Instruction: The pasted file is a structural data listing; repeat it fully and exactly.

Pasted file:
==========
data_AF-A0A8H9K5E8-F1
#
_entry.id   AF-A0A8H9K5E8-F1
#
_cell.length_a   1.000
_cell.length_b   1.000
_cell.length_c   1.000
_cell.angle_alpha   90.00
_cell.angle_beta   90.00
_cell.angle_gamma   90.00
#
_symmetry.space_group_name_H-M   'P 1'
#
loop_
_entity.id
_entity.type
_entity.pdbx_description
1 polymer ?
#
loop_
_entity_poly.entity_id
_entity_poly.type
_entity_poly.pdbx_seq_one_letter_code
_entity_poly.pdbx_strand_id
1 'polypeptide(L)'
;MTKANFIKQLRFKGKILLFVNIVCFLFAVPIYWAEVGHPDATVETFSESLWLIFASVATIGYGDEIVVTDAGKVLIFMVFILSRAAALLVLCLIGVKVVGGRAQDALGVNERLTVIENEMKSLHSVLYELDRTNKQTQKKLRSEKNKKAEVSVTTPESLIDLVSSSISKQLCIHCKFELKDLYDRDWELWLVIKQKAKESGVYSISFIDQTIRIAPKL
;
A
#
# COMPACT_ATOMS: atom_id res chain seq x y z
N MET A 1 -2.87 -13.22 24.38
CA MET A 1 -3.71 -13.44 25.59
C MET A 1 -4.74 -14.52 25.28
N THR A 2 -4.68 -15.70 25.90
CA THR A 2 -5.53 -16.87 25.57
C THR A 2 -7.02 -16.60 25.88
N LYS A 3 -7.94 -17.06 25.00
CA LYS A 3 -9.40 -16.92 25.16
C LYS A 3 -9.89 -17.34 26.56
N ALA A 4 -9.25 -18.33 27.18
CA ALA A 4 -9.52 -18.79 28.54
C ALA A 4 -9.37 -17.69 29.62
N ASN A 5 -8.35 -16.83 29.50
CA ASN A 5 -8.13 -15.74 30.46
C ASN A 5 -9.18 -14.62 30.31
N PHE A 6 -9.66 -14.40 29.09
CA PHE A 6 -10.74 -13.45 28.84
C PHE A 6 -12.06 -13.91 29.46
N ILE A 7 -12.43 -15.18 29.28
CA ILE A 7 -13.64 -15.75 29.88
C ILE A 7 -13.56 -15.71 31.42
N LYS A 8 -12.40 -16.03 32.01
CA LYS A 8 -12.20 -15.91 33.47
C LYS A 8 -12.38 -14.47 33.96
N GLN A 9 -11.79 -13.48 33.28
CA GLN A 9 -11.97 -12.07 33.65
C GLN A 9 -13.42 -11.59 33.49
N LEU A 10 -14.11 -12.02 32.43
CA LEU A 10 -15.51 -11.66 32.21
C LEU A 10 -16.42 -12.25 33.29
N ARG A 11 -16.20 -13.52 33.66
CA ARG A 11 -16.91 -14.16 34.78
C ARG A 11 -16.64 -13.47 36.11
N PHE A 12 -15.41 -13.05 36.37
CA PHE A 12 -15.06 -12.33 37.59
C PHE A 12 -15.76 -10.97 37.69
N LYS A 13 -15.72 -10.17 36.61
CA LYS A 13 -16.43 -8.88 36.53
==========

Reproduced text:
data_AF-A0A8H9K5E8-F1
#
_entry.id   AF-A0A8H9K5E8-F1
#
_cell.length_a   1.000
_cell.length_b   1.000
_cell.length_c   1.000
_cell.angle_alpha   90.00
_cell.angle_beta   90.00
_cell.angle_gamma   90.00
#
_symmetry.space_group_name_H-M   'P 1'
#
loop_
_entity.id
_entity.type
_entity.pdbx_description
1 polymer ?
#
loop_
_entity_poly.entity_id
_entity_poly.type
_entity_poly.pdbx_seq_one_letter_code
_entity_poly.pdbx_strand_id
1 'polypeptide(L)'
;MTKANFIKQLRFKGKILLFVNIVCFLFAVPIYWAEVGHPDATVETFSESLWLIFASVATIGYGDEIVVTDAGKVLIFMVFILSRAAALLVLCLIGVKVVGGRAQDALGVNERLTVIENEMKSLHSVLYELDRTNKQTQKKLRSEKNKKAEVSVTTPESLIDLVSSSISKQLCIHCKFELKDLYDRDWELWLVIKQKAKESGVYSISFIDQTIRIAPKL
;
A
#
# COMPACT_ATOMS: atom_id res chain seq x y z
N MET A 1 -2.87 -13.22 24.38
CA MET A 1 -3.71 -13.44 25.59
C MET A 1 -4.74 -14.52 25.28
N THR A 2 -4.68 -15.70 25.90
CA THR A 2 -5.53 -16.87 25.57
C THR A 2 -7.02 -16.60 25.88
N LYS A 3 -7.94 -17.06 25.00
CA LYS A 3 -9.40 -16.92 25.16
C LYS A 3 -9.89 -17.34 26.56
N ALA A 4 -9.25 -18.33 27.18
CA ALA A 4 -9.52 -18.79 28.54
C ALA A 4 -9.37 -17.69 29.62
N ASN A 5 -8.35 -16.83 29.50
CA ASN A 5 -8.13 -15.74 30.46
C ASN A 5 -9.18 -14.62 30.31
N PHE A 6 -9.66 -14.40 29.09
CA PHE A 6 -10.74 -13.45 28.84
C PHE A 6 -12.06 -13.91 29.46
N ILE A 7 -12.43 -15.18 29.28
CA ILE A 7 -13.64 -15.75 29.88
C ILE A 7 -13.56 -15.71 31.42
N LYS A 8 -12.40 -16.03 32.01
CA LYS A 8 -12.20 -15.91 33.47
C LYS A 8 -12.38 -14.47 33.96
N GLN A 9 -11.79 -13.48 33.28
CA GLN A 9 -11.97 -12.07 33.65
C GLN A 9 -13.42 -11.59 33.49
N LEU A 10 -14.11 -12.02 32.43
CA LEU A 10 -15.51 -11.66 32.21
C LEU A 10 -16.42 -12.25 33.29
N ARG A 11 -16.20 -13.52 33.66
CA ARG A 11 -16.91 -14.16 34.78
C ARG A 11 -16.64 -13.47 36.11
N PHE A 12 -15.41 -13.05 36.37
CA PHE A 12 -15.06 -12.33 37.59
C PHE A 12 -15.76 -10.97 37.69
N LYS A 13 -15.72 -10.17 36.61
CA LYS A 13 -16.43 -8.88 36.53